Tue, 28 Aug 2007
From: The Jakarta Post
By Debnath Guharoy, Consultant
The response to the most recent cabinet reshuffle is a good indicator of the national mood. "The cabinet reshuffle by the President was a positive step that will enhance the performance of the government," said 77 percent of the population.

It is obvious that the President continues to enjoy a level of popular support much higher than the leaders of neighboring Australia and New Zealand.

Of the 23 percent of the population who disagreed, 61 percent were male. Age had no noticeable bearing on the responses. Of the overwhelming majority who agreed, 53 percent of the respondents were female, 47 percent were male.

The fact that he is more popular among the ladies than he is with men shouldn't have an impact on any decisions anyone may wish to take in the year ahead.

The special poll was conducted recently among 1,740 respondents across the country, in the month following the reshuffle. In conjunction with Roy Morgan Single Source, the country's largest syndicated survey with over 27,000 Indonesian respondents annually, the poll is projected to reflect 90 percent of the population over the age of 14.

That is a universe of 140 million people. The results are updated every 90 days.

There is a bank of goodwill that still remains for President Susilo Bambang Yudhoyono that can be exploited for the national good. A budget that has focussed on job creation and poverty alleviation has put the essential priorities where they should be, at the top of the nation's list of "Things to do".

That it is proposing to do so by diverting the dividends of an economy charging ahead at over 6 percent growth in GDP, as well as reductions in bureaucratic waste, warrants the support of every well-wisher.

The pessimists among us will question the motives and point to the lessons learned in other democracies of the developing world. They will tell you that voting power lies more in the hands of the "have-nots" rather than the "haves", so political survival rather than altruism is the driving force.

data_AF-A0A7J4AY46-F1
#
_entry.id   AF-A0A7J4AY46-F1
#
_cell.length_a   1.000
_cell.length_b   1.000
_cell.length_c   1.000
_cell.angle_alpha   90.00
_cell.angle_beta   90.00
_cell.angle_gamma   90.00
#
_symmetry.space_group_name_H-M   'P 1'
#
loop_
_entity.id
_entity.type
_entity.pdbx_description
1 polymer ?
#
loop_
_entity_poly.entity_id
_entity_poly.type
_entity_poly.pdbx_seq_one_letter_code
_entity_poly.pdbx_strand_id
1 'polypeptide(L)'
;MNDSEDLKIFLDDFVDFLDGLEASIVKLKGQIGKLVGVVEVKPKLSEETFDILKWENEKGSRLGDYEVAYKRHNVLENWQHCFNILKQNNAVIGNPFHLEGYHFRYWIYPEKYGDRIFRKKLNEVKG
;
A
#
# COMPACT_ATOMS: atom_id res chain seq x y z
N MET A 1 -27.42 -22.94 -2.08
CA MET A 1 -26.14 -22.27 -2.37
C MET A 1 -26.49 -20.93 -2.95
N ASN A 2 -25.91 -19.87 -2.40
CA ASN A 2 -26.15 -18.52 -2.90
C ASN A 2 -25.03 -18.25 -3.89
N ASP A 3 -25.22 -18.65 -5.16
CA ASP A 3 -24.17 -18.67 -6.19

With patience in short supply among the underprivileged, most governments in power rarely get a third term, a second if they're lucky. The short-term motivation hampers long-term planning, essential for addressing key national problems that cannot be solved in a four or five year term in a developing country.

Everybody on all sides of the political divide has had an opportunity to express their views on the pros and cons of the 2008 budget. Despite the track record of 2006 and the year so far, the critics have accused the government of optimism, not much else. Most businesses thrive on optimism, especially when there is good reason to be enthusiastic.

Now is a good time for enterprises big and small to look to the future with renewed vigor.

If the government is focussed on creating more jobs and putting more money in the hands of more people, all businesses involved with mass consumer products and services stand to gain. All the more reason to support the 2008 budget, not just with words but also with action.

While the consumer economy has been a major contributor to growth, the spurt in gross domestic product in recent years has received a major boost from the export of natural resources.

Due to the nature of those businesses, there has been no corresponding spurt in employment. In fact, 2006 saw an upward surge in the demand for jobs, particularly full-time jobs, indicating an increase in the rich-poor gap.

New wealth created remained largely in the hands of the privileged few.

The government's focus on infrastructure development in 2008 will not only create more jobs in the near term, it will literally pave the way for more businesses to flourish around the country in the longer term.

Private and public enterprises can now put their shoulders to the wheel, with confidence. If every business, big and small, pledges to add more new jobs to their workforce, in tandem with revenue growth targets for 2008, the chances of meeting national objectives sooner will improve dramatically.

The day will come when it will be fashionable among businessmen and executives to flaunt annual growth in wages and head counts, not just profits.

Until that day dawns, the alleviation of poverty will primarily remain the responsibility of NGOs and politicians, not the nation as a whole. Responsible businesses can actively participate in fighting the good fight, not just exploit the underprivileged of this developing economy.

The writer can be contacted at Debnath.Guharoy@roymorgan.com



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